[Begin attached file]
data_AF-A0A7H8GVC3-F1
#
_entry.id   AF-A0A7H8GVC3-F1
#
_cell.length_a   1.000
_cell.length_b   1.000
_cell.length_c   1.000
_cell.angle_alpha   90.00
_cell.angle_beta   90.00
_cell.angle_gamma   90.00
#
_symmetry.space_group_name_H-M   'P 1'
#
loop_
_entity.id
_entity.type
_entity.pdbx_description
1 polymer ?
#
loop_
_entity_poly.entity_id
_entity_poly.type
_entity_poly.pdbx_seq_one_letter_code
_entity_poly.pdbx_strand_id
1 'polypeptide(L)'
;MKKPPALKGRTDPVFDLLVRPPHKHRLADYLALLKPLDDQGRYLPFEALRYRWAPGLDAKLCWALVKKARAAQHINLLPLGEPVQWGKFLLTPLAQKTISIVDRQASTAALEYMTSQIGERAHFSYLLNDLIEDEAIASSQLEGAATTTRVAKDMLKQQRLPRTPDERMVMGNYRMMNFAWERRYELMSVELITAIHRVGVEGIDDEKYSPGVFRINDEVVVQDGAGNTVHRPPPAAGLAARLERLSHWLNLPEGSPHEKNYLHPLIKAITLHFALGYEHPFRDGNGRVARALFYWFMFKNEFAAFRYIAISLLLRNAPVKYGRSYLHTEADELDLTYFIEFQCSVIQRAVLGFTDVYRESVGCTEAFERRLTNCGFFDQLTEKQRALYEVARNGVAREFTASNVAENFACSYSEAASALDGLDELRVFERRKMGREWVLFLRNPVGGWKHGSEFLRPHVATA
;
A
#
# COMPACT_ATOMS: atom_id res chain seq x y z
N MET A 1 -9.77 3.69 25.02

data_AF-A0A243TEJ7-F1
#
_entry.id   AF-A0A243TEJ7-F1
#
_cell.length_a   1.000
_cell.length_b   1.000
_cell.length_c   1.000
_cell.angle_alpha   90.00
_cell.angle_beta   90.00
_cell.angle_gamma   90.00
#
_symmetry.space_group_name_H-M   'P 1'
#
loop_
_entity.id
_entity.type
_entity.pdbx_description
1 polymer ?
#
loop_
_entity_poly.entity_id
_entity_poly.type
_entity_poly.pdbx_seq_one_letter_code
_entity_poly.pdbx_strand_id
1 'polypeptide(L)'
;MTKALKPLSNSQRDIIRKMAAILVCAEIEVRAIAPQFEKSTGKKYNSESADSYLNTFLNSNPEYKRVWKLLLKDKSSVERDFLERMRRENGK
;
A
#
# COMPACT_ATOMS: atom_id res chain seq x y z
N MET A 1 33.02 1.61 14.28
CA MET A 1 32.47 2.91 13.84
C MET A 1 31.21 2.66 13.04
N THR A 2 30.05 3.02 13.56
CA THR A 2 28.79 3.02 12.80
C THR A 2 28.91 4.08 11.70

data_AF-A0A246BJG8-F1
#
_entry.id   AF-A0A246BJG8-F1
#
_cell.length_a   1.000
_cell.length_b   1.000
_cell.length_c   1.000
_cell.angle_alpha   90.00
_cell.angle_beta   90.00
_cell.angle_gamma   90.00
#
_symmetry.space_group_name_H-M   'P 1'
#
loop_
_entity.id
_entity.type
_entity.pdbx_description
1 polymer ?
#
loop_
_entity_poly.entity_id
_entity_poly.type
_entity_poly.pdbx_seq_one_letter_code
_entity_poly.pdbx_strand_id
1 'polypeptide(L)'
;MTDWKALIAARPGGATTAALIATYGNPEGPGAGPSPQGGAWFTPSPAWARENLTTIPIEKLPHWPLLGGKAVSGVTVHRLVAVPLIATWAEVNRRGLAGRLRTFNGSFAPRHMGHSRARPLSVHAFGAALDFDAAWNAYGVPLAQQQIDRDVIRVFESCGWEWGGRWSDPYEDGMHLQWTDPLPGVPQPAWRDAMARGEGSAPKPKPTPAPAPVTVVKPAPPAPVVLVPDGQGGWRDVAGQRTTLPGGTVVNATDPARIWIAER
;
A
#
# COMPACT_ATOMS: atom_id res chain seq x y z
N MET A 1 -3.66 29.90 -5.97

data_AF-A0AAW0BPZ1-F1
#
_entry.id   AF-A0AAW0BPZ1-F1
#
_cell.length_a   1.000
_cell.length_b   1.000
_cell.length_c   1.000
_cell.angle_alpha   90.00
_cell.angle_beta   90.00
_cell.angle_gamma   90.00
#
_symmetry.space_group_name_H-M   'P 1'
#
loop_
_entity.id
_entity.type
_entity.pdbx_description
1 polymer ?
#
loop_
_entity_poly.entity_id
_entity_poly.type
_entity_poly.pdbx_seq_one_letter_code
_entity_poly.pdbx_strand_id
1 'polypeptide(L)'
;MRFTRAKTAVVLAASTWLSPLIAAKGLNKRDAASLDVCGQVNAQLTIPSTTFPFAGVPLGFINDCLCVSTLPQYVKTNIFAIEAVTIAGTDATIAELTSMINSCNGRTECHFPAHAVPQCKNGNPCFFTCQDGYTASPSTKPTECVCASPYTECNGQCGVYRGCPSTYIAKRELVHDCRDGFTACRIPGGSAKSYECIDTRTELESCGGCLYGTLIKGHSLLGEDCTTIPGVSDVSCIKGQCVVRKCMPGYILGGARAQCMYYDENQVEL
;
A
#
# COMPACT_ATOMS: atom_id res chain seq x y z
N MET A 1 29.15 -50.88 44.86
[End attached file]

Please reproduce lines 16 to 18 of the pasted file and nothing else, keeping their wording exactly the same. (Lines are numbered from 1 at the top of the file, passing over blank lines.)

_entity.type
_entity.pdbx_description
1 polymer ?